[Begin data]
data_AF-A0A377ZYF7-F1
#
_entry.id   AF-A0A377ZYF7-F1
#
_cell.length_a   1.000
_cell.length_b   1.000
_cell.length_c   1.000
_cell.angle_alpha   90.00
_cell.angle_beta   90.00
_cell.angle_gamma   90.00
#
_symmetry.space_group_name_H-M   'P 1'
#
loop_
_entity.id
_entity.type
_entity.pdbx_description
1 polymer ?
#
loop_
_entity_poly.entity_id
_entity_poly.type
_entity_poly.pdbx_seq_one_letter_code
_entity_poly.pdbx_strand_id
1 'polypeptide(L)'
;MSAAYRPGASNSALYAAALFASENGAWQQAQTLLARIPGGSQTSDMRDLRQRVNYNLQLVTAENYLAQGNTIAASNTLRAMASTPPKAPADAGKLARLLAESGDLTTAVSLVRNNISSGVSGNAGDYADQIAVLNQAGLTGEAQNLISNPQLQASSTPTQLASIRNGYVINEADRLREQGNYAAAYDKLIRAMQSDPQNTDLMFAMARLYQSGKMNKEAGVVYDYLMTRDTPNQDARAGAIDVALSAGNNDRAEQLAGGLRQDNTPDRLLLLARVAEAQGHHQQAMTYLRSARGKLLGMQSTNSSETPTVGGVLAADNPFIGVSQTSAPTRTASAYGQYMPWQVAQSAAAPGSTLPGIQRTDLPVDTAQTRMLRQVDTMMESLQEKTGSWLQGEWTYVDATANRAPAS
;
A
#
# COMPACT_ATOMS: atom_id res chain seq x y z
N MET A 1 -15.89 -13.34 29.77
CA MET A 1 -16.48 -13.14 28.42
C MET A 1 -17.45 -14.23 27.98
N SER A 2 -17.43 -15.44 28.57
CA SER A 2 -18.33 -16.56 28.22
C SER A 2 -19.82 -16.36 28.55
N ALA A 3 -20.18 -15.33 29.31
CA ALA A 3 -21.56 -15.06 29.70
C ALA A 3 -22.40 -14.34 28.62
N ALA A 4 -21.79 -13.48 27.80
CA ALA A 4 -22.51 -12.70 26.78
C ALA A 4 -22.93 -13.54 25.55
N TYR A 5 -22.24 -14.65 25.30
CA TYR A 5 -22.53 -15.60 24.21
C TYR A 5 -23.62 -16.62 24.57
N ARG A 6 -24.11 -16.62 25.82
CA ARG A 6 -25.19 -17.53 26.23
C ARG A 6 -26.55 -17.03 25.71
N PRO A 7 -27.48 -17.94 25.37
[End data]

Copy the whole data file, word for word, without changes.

data_AF-A0A377ZYF7-F1
#
_entry.id   AF-A0A377ZYF7-F1
#
_cell.length_a   1.000
_cell.length_b   1.000
_cell.length_c   1.000
_cell.angle_alpha   90.00
_cell.angle_beta   90.00
_cell.angle_gamma   90.00
#
_symmetry.space_group_name_H-M   'P 1'
#
loop_
_entity.id
_entity.type
_entity.pdbx_description
1 polymer ?
#
loop_
_entity_poly.entity_id
_entity_poly.type
_entity_poly.pdbx_seq_one_letter_code
_entity_poly.pdbx_strand_id
1 'polypeptide(L)'
;MSAAYRPGASNSALYAAALFASENGAWQQAQTLLARIPGGSQTSDMRDLRQRVNYNLQLVTAENYLAQGNTIAASNTLRAMASTPPKAPADAGKLARLLAESGDLTTAVSLVRNNISSGVSGNAGDYADQIAVLNQAGLTGEAQNLISNPQLQASSTPTQLASIRNGYVINEADRLREQGNYAAAYDKLIRAMQSDPQNTDLMFAMARLYQSGKMNKEAGVVYDYLMTRDTPNQDARAGAIDVALSAGNNDRAEQLAGGLRQDNTPDRLLLLARVAEAQGHHQQAMTYLRSARGKLLGMQSTNSSETPTVGGVLAADNPFIGVSQTSAPTRTASAYGQYMPWQVAQSAAAPGSTLPGIQRTDLPVDTAQTRMLRQVDTMMESLQEKTGSWLQGEWTYVDATANRAPAS
;
A
#
# COMPACT_ATOMS: atom_id res chain seq x y z
N MET A 1 -15.89 -13.34 29.77
CA MET A 1 -16.48 -13.14 28.42
C MET A 1 -17.45 -14.23 27.98
N SER A 2 -17.43 -15.44 28.57
CA SER A 2 -18.33 -16.56 28.22
C SER A 2 -19.82 -16.36 28.55
N ALA A 3 -20.18 -15.33 29.31
CA ALA A 3 -21.56 -15.06 29.70
C ALA A 3 -22.40 -14.34 28.62
N ALA A 4 -21.79 -13.48 27.80
CA ALA A 4 -22.51 -12.70 26.78
C ALA A 4 -22.93 -13.54 25.55
N TYR A 5 -22.24 -14.65 25.30
CA TYR A 5 -22.53 -15.60 24.21
C TYR A 5 -23.62 -16.62 24.57
N ARG A 6 -24.11 -16.62 25.82
CA ARG A 6 -25.19 -17.53 26.23
C ARG A 6 -26.55 -17.03 25.71
N PRO A 7 -27.48 -17.94 25.37